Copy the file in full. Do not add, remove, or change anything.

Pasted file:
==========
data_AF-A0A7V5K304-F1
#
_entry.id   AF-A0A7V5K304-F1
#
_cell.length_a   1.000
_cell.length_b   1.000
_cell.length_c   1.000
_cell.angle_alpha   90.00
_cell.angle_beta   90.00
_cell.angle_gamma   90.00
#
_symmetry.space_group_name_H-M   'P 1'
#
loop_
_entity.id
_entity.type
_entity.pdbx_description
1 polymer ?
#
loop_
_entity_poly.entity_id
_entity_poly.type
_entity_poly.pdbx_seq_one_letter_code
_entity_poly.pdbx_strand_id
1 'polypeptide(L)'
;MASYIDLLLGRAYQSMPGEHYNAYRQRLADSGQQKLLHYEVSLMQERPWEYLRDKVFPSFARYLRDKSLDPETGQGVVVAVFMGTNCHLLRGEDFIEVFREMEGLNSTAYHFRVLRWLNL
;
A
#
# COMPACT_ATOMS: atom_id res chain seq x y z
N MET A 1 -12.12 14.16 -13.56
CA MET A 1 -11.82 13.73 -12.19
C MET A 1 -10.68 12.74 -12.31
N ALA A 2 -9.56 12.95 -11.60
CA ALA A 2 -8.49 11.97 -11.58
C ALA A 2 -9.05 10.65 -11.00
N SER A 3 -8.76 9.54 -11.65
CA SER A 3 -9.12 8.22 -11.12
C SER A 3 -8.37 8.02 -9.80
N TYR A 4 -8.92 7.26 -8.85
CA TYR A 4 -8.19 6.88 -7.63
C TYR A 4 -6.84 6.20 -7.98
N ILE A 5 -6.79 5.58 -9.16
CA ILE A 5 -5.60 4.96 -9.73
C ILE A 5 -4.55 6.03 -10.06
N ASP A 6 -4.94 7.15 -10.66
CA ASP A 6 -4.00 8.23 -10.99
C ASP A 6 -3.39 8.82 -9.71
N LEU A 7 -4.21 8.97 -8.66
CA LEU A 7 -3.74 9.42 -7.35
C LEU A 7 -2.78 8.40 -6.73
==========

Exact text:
data_AF-A0A7V5K304-F1
#
_entry.id   AF-A0A7V5K304-F1
#
_cell.length_a   1.000
_cell.length_b   1.000
_cell.length_c   1.000
_cell.angle_alpha   90.00
_cell.angle_beta   90.00
_cell.angle_gamma   90.00
#
_symmetry.space_group_name_H-M   'P 1'
#
loop_
_entity.id
_entity.type
_entity.pdbx_description
1 polymer ?
#
loop_
_entity_poly.entity_id
_entity_poly.type
_entity_poly.pdbx_seq_one_letter_code
_entity_poly.pdbx_strand_id
1 'polypeptide(L)'
;MASYIDLLLGRAYQSMPGEHYNAYRQRLADSGQQKLLHYEVSLMQERPWEYLRDKVFPSFARYLRDKSLDPETGQGVVVAVFMGTNCHLLRGEDFIEVFREMEGLNSTAYHFRVLRWLNL
;
A
#
# COMPACT_ATOMS: atom_id res chain seq x y z
N MET A 1 -12.12 14.16 -13.56
CA MET A 1 -11.82 13.73 -12.19
C MET A 1 -10.68 12.74 -12.31
N ALA A 2 -9.56 12.95 -11.60
CA ALA A 2 -8.49 11.97 -11.58
C ALA A 2 -9.05 10.65 -11.00
N SER A 3 -8.76 9.54 -11.65
CA SER A 3 -9.12 8.22 -11.12
C SER A 3 -8.37 8.02 -9.80
N TYR A 4 -8.92 7.26 -8.85
CA TYR A 4 -8.19 6.88 -7.63
C TYR A 4 -6.84 6.20 -7.98
N ILE A 5 -6.79 5.58 -9.16
CA ILE A 5 -5.60 4.96 -9.73
C ILE A 5 -4.55 6.03 -10.06
N ASP A 6 -4.94 7.15 -10.66
CA ASP A 6 -4.00 8.23 -10.99
C ASP A 6 -3.39 8.82 -9.71
N LEU A 7 -4.21 8.97 -8.66
CA LEU A 7 -3.74 9.42 -7.35
C LEU A 7 -2.78 8.40 -6.73